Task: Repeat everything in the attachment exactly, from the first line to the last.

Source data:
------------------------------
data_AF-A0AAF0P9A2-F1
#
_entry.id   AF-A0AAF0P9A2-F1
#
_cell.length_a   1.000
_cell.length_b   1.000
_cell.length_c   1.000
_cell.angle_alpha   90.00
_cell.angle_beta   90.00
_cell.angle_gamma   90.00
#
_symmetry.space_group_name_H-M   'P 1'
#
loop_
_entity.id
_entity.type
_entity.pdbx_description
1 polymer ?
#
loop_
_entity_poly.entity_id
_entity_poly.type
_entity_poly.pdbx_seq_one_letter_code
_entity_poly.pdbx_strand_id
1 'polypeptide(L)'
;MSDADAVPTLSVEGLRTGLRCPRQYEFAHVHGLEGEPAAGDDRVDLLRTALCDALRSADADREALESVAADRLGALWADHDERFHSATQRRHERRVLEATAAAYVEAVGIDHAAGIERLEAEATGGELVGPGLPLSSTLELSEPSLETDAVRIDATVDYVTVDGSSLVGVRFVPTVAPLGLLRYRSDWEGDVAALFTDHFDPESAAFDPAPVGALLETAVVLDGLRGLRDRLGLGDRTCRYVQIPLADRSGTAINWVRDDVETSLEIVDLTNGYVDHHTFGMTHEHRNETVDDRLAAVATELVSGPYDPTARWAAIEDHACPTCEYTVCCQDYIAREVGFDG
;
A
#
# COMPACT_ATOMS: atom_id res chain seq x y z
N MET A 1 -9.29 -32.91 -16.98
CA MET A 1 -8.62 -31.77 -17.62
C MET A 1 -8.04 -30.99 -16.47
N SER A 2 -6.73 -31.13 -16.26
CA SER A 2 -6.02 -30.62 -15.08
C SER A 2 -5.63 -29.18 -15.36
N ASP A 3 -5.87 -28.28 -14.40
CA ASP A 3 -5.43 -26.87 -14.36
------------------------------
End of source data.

data_AF-A0AAF0P9A2-F1
#
_entry.id   AF-A0AAF0P9A2-F1
#
_cell.length_a   1.000
_cell.length_b   1.000
_cell.length_c   1.000
_cell.angle_alpha   90.00
_cell.angle_beta   90.00
_cell.angle_gamma   90.00
#
_symmetry.space_group_name_H-M   'P 1'
#
loop_
_entity.id
_entity.type
_entity.pdbx_description
1 polymer ?
#
loop_
_entity_poly.entity_id
_entity_poly.type
_entity_poly.pdbx_seq_one_letter_code
_entity_poly.pdbx_strand_id
1 'polypeptide(L)'
;MSDADAVPTLSVEGLRTGLRCPRQYEFAHVHGLEGEPAAGDDRVDLLRTALCDALRSADADREALESVAADRLGALWADHDERFHSATQRRHERRVLEATAAAYVEAVGIDHAAGIERLEAEATGGELVGPGLPLSSTLELSEPSLETDAVRIDATVDYVTVDGSSLVGVRFVPTVAPLGLLRYRSDWEGDVAALFTDHFDPESAAFDPAPVGALLETAVVLDGLRGLRDRLGLGDRTCRYVQIPLADRSGTAINWVRDDVETSLEIVDLTNGYVDHHTFGMTHEHRNETVDDRLAAVATELVSGPYDPTARWAAIEDHACPTCEYTVCCQDYIAREVGFDG
;
A
#
# COMPACT_ATOMS: atom_id res chain seq x y z
N MET A 1 -9.29 -32.91 -16.98
CA MET A 1 -8.62 -31.77 -17.62
C MET A 1 -8.04 -30.99 -16.47
N SER A 2 -6.73 -31.13 -16.26
CA SER A 2 -6.02 -30.62 -15.08
C SER A 2 -5.63 -29.18 -15.36
N ASP A 3 -5.87 -28.28 -14.40
CA ASP A 3 -5.43 -26.87 -14.36